Department of Philosophy
Issue 3- Winter 2005/6
Don Scherer "Retires"
It would be difficult to know it if you weren't told, but Don Scherer has now acquired the "Emeritus" prefix to his official title of Professor. In other words, he has retired. However, his well-used Cannondale bicycle is still parked in all weathers in its usual spot outside Shatzel Hall almost every day and his booming voice can be heard in the corridors just about as often as it has for the last 38 years. In fact, it would be hard to imagine the philosophy department without them.
Scherer's tenure at Bowling Green coincides with the department's rise from obscurity to national recognition and that change has been in no small part due to his efforts.
After receiving his PhD from Cornell University in 1965, Scherer taught for a brief period at Hobart College in New York, before taking up his position at Bowling Green in 1967. He began to teach environmental ethics in 1971, but at that time, environmental ethics was not recognized as a sub-field within ethics so there was no organized material for such a course. Scherer saw a need here and set about to try to fill it. While doing so, he became aware of a role that philosophers could play in addressing important issues of the day by applying philosophical methodology to them. With a view to this, he applied for and received an NEH grant in 1976 to study the direction of the department's MA program and as a result a decision was made to re-orient the department's program. By this stage, the bulk of the applied undergraduate curriculum had been introduced and in 1979 the department began to teach the MA in Applied Philosophy with approximately 14 faculty involved.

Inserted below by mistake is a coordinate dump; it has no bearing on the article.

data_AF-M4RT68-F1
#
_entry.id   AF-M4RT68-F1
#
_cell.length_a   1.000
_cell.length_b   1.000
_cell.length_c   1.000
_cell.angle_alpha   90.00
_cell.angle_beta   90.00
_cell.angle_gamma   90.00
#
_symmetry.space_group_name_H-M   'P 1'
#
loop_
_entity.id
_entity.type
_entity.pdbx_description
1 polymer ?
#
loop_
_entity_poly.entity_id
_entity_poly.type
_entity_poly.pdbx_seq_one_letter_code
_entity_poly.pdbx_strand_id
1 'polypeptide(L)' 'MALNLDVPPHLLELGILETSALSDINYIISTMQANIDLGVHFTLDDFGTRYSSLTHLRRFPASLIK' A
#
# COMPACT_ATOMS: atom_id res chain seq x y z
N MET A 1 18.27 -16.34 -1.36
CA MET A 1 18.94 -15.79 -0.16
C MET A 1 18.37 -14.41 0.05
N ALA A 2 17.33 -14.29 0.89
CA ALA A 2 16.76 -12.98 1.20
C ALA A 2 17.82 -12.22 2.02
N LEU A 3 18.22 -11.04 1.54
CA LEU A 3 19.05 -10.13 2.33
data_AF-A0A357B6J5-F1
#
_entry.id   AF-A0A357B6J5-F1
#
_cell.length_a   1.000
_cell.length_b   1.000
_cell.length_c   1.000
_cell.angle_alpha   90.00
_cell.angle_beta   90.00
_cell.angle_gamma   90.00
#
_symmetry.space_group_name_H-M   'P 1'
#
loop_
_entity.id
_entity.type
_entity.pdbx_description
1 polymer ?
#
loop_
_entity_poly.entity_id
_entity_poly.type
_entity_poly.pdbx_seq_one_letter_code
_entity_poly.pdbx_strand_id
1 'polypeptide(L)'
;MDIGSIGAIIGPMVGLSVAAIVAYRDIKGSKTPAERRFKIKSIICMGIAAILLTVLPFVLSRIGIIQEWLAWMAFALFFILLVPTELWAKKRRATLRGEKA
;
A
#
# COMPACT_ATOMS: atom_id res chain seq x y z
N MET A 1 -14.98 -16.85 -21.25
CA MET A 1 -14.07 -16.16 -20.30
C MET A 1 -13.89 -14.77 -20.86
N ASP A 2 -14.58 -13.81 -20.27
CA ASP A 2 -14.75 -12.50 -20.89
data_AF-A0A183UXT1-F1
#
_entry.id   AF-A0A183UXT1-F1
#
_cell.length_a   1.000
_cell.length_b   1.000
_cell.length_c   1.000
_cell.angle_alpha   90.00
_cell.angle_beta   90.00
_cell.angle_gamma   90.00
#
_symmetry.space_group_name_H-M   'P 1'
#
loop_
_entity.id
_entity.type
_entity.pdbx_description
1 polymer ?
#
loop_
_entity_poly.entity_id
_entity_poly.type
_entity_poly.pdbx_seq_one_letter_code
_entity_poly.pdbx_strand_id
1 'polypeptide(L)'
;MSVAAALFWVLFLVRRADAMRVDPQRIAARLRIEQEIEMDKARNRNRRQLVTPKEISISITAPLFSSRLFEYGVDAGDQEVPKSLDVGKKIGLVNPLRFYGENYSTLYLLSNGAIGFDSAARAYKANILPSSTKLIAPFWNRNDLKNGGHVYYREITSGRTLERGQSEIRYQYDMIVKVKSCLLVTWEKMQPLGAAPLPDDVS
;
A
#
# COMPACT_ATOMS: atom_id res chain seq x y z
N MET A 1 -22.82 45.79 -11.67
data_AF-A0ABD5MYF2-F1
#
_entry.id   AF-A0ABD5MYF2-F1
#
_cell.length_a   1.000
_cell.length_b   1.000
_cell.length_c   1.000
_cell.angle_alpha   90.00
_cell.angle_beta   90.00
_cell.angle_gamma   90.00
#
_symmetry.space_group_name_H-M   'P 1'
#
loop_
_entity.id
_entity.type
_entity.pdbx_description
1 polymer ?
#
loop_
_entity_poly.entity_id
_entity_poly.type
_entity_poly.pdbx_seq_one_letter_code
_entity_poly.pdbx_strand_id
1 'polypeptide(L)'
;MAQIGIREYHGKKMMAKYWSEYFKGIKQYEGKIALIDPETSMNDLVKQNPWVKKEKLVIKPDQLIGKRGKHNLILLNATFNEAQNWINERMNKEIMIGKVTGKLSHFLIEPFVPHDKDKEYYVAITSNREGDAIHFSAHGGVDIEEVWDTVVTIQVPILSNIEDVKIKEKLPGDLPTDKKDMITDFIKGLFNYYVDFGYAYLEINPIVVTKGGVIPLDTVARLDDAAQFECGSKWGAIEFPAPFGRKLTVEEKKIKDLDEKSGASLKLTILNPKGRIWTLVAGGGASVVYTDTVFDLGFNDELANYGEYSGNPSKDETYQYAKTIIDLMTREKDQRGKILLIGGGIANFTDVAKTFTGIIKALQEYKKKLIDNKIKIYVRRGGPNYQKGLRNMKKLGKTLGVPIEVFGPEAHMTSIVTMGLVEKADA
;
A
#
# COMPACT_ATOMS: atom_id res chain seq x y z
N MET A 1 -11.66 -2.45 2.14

At that time, there were no internships for applied philosophers, so the graduate students were taught the skills to go and find them for themselves. This was done with considerable success and students interned in hospitals, hospices (also virtually unheard of at that time), and studied such issues as the safety of the blood supply and regional land use. One student, Carol Nash, as a result of her internship, even ended up as the first Director of the Wood County Historical Museum.
Due to the graduate program's success, the department received two grants from the state of Ohio in the 1980s, recognizing its excellence and enlarging the budget. In 1990 the department introduced its PhD in Applied Philosophy, which is still unique in the country.
In the meantime, Scherer himself had been pursuing some other interests, including a large amount of work with the Society for Ecological Restoration. In 1999-2000, he spent the year at Santa Clara University, advising Environmental Studies faculty on how to incorporate environmental ethics into their environmental research in such fields as Biology, Anthropology, Political Science, Economics and Environmental Education.
Since retirement, he has spent a lot of time on looking into alternative forms of energy. The photovoltaic panels on the University’s Ice Arena roof are a tangible legacy of Scherer's (and others') efforts. He is the Vice President of Green Energy Ohio and is also chairing its committee to write a business plan for a wind assessment business in Ohio. For the Ohio Board of Regents he has researched the prospects for state universities to become owners of wind turbines, and he is currently talking with groups in nearby counties about further installations.
On top of this, he has not lost touch with students. He last taught in the Fall of 2004, but is currently preparing a seminar for Fall of 2006 on "Sustainability, Disaster and Wisdom" and he keeps weekly appointments with graduate students working with him. Additionally, the University administration has undertaken several initiatives to improve the sustainability of the University because Scherer has arranged for class projects in courses from environmental science and policy to marketing and communications to research how that sustainability could be accomplished.
Scherer's energy seems to be an ever-renewable resource in itself, and the department hopes to continue drawing on it into the future. The only sense of "re-tire" Scherer would seem to have in mind involves a new set of Michelins for his Cannondale.
Don Scherer one or two years ago
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